|Title:||Status of insecticide susceptibility in Anopheles arabiensis and detection of the knockdown resistance mutation (kdr) concerning agricultural practices from Northern Sudan state, Sudan|
|Author(s):||M. Y. Korti , T. B. Ageep, A. I. Adam1, K. B. Shitta, A. A. Hassan, A. A. Algadam, R. M. Baleela, H. A. Saad and S. A. Abuelmaali|
|Publisher:||Journal of Genetic Engineering and Biotechnology|
|Keywords:||Anopheles arabiensis Insecticide resistance kdr KDT50 KDT95|
Background: Chemical control has been the most efficient method in mosquito control, the development of insecticide resistance in target populations has a significant impact on vector control. The use of agricultural pesticides may have a profound impact on the development of resistance in the field populations of malaria vectors. Our study focused on insecticide resistance and knockdown resistance (kdr) of Anopheles arabiensis populations from Northern Sudan, related to agricultural pesticide usage.
Results: Anopheles arabiensis from urban and rural localities (Merowe and Al-hamadab) were fully susceptible to bendiocarb 0.1% and permethrin 0.75% insecticides while resistant to DDT 4% and malathion 5%. The population of laboratory reference colony F189 from Dongola showed a mortality of 91% to DDT (4%) and fully susceptible to others. GLM analysis indicated that insecticides, sites, site type, and their interaction were determinant factors on mortality rates (P < 0.01). Except for malathion, mortality rates of all insecticides were not significant (P > 0.05) according to sites. Mortality rates of malathion and DDT were varied significantly (P < 0.0001 and P < 0.05 respectively) by site types, while mortality rates of bendiocarb and permethrin were not significant (P >0.05). The West African kdr mutation (L1014F) was found in urban and rural sites. Even though, the low-moderate frequency of kdr (L1014F) mutation was observed. The findings presented here for An. arabiensis showed no correlation between the resistant phenotype as ascertained by bioassay and the presence of the kdr mutation, with all individuals tested except the Merowe site which showed a moderate association with DDT (OR= 6 in allelic test), suggesting that kdr genotype would be a poor indicator of phenotypic resistance. (Continued on next page) (Continued from previous page)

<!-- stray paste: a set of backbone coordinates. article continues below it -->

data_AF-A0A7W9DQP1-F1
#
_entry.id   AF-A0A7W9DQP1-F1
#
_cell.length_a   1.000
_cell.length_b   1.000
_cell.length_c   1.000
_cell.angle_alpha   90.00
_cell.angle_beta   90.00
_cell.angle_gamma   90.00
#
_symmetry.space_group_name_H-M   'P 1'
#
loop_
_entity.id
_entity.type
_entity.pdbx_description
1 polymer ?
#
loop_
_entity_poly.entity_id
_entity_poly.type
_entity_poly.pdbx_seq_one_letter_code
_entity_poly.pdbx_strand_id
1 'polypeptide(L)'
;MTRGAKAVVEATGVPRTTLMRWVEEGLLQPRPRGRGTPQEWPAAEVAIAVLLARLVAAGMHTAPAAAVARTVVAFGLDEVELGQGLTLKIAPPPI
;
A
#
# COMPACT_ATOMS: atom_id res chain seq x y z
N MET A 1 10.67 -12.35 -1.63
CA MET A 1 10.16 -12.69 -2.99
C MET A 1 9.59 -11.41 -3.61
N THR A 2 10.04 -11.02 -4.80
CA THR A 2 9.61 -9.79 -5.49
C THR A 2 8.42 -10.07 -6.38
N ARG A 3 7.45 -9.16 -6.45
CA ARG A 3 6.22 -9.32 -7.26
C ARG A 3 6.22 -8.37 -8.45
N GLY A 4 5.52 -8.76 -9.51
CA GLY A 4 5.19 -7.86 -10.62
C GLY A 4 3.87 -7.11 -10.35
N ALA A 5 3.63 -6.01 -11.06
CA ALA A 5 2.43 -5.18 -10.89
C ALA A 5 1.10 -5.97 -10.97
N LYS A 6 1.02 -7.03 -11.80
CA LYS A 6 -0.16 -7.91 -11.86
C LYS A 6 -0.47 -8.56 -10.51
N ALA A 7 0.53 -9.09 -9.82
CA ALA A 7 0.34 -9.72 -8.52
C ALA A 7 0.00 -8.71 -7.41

Conclusion: The results provide critical pieces of information regarding the insecticide susceptibility status of An. arabiensis in northern Sudan. The usage of the same pesticides in agricultural areas seemed to affect the Anopheles susceptibility when they are exposed to those insecticides in the field. The kdr mutation might have a less role than normally expected in pyrethroids resistance; however, other resistance genes should be in focus. These pieces of information will help to improve the surveillance system and The implication of different vector control programs employing any of these insecticides either in the treatment of bed nets or for indoor residual spraying would achieve satisfactory success rates.